Canadian women travel to the United States every year for “medically necessary” abortions paid for by their provincial governments, but amid the COVID-19 pandemic, the number of Canadian women coming to the United States for an abortion has been cut in half.
According to data from the Ontario government, between March 15, 2020, and April 31, 2021, Ontario’s out-of-country medical program approved applications for 11 women to receive “medically necessary” abortions in the United States. This number marks a significant drop compared to annual numbers for each of the previous five years.
It is unclear from the data whether the pandemic caused the drop, but the numbers shared by Global News show consistency across a five-year period until the pandemic hit: 33 women in 2014-2015, 26 women in 2015-2016, 20 women in 2016-2017, 25 women in 2017-2018, and 26 women in 2018-2019. Ontario is the only Canadian province that maintains detailed data on out-of-country “medically necessary” abortions. Quebec, Manitoba, Nova Scotia, New Brunswick, and Newfoundland do not track that data, but Ontario’s numbers suggest an overall decline across the nation.
It is a common misconception that abortion can be medically necessary to save the life of the mother or in cases of a poor prenatal diagnosis for the preborn baby. Even in the most high-risk pregnancies, there is no medical reason why the life of a preborn child must be directly and intentionally ended with an abortion.
Pro-life doctors have made clear the distinction between abortion and providing a pregnant mother with medical treatments that could tragically result in the loss of the baby. For example, chemotherapy could result in miscarriage, but the intention behind administering the treatment is the health of the mother and not the death of the child. Likewise, with an ectopic pregnancy, the surgical procedure of removing the Fallopian tube and preborn child is carried out to save the mother who could die without intervention; the baby is not intentionally killed.
In addition, most life-threatening pregnancy complications don’t occur until late in the pregnancy, and babies born as young as 21 weeks have a small chance of surviving outside the womb with proper medical care. Inducing preterm labor to save a woman’s life is not an abortion. Throughout a pregnancy, numerous complications can arise, from placenta previa to pre-eclampsia and gestational diabetes, among many others, and none need to be “treated” with abortion.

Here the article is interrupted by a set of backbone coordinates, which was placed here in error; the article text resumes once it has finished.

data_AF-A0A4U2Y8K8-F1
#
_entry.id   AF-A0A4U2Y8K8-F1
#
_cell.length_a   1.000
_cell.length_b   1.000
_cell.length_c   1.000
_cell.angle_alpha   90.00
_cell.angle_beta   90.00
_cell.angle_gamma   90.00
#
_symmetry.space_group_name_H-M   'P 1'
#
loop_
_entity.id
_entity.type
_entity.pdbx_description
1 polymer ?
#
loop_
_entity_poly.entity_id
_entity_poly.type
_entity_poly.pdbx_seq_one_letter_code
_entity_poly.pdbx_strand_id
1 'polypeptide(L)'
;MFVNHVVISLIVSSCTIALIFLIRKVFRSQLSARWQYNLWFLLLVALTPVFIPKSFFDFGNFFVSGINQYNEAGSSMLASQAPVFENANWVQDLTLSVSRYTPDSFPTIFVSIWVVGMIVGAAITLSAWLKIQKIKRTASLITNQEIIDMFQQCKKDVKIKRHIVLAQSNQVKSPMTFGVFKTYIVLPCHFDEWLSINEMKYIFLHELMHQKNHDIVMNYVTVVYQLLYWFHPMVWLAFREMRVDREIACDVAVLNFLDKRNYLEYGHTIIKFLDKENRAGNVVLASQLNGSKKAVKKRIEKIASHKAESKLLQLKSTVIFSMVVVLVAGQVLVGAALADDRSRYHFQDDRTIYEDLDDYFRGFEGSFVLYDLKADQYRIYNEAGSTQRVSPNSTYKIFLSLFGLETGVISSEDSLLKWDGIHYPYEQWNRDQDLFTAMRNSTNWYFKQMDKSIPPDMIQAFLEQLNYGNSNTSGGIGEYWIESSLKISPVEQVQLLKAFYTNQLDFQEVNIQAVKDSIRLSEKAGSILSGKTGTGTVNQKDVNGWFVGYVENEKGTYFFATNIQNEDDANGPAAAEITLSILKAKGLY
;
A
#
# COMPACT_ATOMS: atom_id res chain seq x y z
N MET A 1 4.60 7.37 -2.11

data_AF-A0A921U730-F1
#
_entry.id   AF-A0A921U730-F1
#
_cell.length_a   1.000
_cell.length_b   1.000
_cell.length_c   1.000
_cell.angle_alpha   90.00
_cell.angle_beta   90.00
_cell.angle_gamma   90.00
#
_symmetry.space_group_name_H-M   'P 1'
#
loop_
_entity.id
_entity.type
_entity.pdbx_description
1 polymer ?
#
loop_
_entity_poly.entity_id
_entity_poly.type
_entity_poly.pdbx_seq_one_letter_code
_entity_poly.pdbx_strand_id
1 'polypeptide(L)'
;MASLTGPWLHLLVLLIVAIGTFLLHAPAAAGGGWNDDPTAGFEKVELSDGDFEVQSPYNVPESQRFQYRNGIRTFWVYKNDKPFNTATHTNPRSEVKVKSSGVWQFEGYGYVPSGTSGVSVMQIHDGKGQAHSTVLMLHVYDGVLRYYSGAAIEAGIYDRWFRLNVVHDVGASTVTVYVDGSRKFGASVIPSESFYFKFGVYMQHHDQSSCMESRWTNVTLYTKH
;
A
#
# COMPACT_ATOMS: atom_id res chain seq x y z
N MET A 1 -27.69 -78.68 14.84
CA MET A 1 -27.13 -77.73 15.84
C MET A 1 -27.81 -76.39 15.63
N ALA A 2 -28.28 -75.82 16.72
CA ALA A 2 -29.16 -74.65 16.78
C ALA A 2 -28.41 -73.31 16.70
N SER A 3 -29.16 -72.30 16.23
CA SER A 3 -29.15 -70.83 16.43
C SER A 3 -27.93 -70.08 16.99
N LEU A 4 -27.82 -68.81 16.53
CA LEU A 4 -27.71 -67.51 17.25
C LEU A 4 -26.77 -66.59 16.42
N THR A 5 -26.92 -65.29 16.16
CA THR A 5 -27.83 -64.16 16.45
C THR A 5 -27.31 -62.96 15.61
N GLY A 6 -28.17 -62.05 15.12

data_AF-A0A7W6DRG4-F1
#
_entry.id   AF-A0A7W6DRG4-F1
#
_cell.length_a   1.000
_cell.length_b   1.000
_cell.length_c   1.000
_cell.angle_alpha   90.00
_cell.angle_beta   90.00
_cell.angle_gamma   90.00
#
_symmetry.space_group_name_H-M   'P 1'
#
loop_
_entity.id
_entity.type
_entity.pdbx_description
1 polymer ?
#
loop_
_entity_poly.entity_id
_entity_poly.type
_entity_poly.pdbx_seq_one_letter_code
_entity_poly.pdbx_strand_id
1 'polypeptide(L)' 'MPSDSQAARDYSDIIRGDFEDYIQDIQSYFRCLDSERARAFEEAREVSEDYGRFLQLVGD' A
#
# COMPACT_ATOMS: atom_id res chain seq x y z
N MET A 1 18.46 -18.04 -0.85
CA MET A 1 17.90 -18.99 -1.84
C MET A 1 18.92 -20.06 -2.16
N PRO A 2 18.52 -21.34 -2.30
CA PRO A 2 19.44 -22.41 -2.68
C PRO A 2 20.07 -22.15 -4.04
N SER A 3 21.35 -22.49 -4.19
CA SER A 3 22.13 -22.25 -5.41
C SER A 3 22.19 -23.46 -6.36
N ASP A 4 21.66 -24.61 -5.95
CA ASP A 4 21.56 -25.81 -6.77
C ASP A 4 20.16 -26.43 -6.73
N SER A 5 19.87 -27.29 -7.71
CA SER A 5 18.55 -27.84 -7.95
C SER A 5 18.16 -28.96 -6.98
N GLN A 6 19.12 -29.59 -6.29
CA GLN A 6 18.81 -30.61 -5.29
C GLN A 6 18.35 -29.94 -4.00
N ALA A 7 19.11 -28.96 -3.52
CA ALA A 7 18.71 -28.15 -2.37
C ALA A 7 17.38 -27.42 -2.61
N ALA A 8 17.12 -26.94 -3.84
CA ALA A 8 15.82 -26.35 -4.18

According to Global News, Ontario does not collect data on the reasons why women are pursuing these “medically necessary” abortions; however, the numbers typically represent cases in which a late-term abortion is claimed to be needed “due to a serious medical situation for the mother or fetus.”
In cases of poor prenatal diagnosis, intentionally killing the child through abortion is an act of eugenics, not compassion. Parents who abort for a prenatal diagnosis suffer along with their babies. A study from Duke University found that women who abort after a prenatal diagnosis deemed “incompatible with life” report “significantly more despair, avoidance, and depression than women who continued the pregnancy.” The same study showed that women who carry their babies to term report being emotionally prepared for their child’s death and having a sense of gratitude and peace surrounding their child’s life.
Even though fewer women are traveling to undergo abortions in the midst of the pandemic, the false narrative that abortion is healthcare and that it can be medically necessary continues to be propagated by Canadian and American pro-abortion groups, putting women’s health in jeopardy and resulting in the tragic loss of life of preborn children.
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